# Compressive Sensing - Incoherence Property

Compressive Sensing is built on 2 properties: 1) the sparsity of the representation basis relative to the sampling basis and 2) the incoherence between the singular vectors from each of the 2 bases in a). On the surface this seems fine to me but he "incoherence" relationship is confusing me a little.

Some texts refer to the coherence between the bases (representation, sampling) and other refer to the coherence between each basis and the standard basis (e1, e2, e3 ...).

Is there a difference between these two statements?

"We are in the position to state our main result: if a matrix has row and column spaces that are incoherent with the standard basis, then nuclear norm minimization can recover this matrix from a random sampling of a small number of entries."

and

"Incoherent sampling ... The coherence between the sensing basis and and the representation basis". Page 3: http://authors.library.caltech.edu/10092/1/CANieeespm08.pdf

My question is related to this question: https://dsp.stackexchange.com/a/13017/4038

I cant add comment due to low reputation. I think you misunderstood @lennon310's meaning. I reviewed his answer in the link, he treated Phi as a row selection matrix. @lennon310, please consider change your word 'rectangular identity'. I know what you mean, but that is not called identity matrix. Phi (in his context) is something like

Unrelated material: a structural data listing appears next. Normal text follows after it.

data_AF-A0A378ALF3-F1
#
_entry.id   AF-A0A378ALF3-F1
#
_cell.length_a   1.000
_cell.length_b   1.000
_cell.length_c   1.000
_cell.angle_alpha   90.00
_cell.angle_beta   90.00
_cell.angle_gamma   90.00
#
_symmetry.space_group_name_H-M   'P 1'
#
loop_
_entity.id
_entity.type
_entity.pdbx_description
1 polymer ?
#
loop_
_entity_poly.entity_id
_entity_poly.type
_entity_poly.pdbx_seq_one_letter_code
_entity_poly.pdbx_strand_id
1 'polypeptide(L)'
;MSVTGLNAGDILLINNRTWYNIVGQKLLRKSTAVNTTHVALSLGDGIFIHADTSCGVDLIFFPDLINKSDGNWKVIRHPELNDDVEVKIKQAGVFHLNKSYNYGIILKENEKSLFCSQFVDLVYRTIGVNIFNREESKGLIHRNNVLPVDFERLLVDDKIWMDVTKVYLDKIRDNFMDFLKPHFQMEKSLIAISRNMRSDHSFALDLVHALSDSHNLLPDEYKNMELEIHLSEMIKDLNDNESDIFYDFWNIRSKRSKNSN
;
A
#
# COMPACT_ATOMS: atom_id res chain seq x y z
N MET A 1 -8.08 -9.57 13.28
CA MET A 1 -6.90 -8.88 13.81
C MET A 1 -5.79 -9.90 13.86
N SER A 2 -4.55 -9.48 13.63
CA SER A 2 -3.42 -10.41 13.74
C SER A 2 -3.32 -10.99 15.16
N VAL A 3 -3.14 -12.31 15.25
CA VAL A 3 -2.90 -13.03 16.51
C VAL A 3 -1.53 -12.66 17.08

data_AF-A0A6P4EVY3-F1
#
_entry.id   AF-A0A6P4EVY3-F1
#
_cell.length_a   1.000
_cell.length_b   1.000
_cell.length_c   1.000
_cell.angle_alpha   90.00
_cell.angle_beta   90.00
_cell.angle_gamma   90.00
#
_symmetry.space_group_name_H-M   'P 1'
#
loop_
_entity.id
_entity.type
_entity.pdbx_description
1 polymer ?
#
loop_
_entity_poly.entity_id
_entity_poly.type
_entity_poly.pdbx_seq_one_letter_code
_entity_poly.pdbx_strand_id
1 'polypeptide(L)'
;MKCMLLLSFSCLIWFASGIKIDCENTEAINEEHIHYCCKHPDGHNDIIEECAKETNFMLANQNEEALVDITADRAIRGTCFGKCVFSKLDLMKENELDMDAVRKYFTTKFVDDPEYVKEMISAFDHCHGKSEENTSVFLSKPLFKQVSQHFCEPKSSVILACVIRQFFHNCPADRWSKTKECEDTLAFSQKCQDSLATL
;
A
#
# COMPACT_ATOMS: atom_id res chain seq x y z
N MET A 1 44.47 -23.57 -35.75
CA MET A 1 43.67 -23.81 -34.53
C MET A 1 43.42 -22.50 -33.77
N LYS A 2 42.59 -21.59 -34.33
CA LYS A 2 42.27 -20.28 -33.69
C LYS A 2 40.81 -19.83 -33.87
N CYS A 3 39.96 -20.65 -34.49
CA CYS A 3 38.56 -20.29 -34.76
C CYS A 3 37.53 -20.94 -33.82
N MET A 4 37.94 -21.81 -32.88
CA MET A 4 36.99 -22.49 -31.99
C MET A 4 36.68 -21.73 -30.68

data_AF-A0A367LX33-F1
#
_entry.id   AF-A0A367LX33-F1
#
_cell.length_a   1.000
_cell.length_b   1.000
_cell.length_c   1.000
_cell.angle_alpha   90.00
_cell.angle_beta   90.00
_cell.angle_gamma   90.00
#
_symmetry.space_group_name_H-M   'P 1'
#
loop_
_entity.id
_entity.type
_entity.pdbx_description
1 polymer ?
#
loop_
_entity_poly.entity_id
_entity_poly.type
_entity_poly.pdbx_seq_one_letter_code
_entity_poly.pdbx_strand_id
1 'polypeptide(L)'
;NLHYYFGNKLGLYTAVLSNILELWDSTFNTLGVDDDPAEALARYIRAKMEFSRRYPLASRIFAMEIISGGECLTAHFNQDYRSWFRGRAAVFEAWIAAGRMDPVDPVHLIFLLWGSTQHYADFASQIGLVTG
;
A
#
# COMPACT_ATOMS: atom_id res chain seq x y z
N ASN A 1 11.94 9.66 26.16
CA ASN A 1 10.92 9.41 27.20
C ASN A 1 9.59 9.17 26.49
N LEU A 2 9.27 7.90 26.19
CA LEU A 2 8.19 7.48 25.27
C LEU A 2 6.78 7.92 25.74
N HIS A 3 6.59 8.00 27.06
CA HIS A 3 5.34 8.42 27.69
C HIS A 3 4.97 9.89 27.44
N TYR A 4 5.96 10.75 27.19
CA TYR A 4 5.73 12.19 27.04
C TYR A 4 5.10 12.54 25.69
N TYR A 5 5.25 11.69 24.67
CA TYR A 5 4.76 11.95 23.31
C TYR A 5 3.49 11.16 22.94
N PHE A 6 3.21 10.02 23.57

0 1 0 0 0 0
0 0 0 0 1 0
1 0 0 0 0 0
....


Only one element valued 1 in each row, as if you are selecting rows of Psi.

• well...it is a surprise you accepted my clarify, but that is @lennon310's answer. I just made it clearer to you. – ChuNan Jan 8 '14 at 0:47
• Thank you for posting. I think Phi in the context of sensing matrix (or basis) is more complicated than what you show. I accepted your clarify simply to give you more points quickly. I appreciate Lennon's replies very much. – val Jan 8 '14 at 0:58
• Thanks for your kind accepting then:) You are right. There are many kinds of sensing/sparsing basis as lennon310 also shows in his answer. I also give the credit to him by an upvoting. – ChuNan Jan 8 '14 at 1:04

Compressive sensing requires low coherent pairs. So the lower $\mu(\Phi,\Psi)$, the better. Actually is $\Phi$ is spike basis (identity matrix) with $\phi_k(t) = \delta(t-k)$, and $\Psi$ is Fourier basis with $\psi_j(t) = 1/\sqrt n e^{-i \cdot 2\pi \cdot jt/n}$, which is just the example I showed you in another question, $\mu(\Phi,\Psi) = 1$, and the maximal incoherence is achieved. It is similar that if you apply the spike basis and the orthogonal basis obtained from SVD.
Other coherence includes but not limited to: coherence between noiselets and Haar wavelets is $\sqrt2$; coherence between noiselets and Baubechies D4 and D8 are $2.2$ and $2.9$, respectively; random matrices are largely incoherent with any fi xed basis $\Psi$.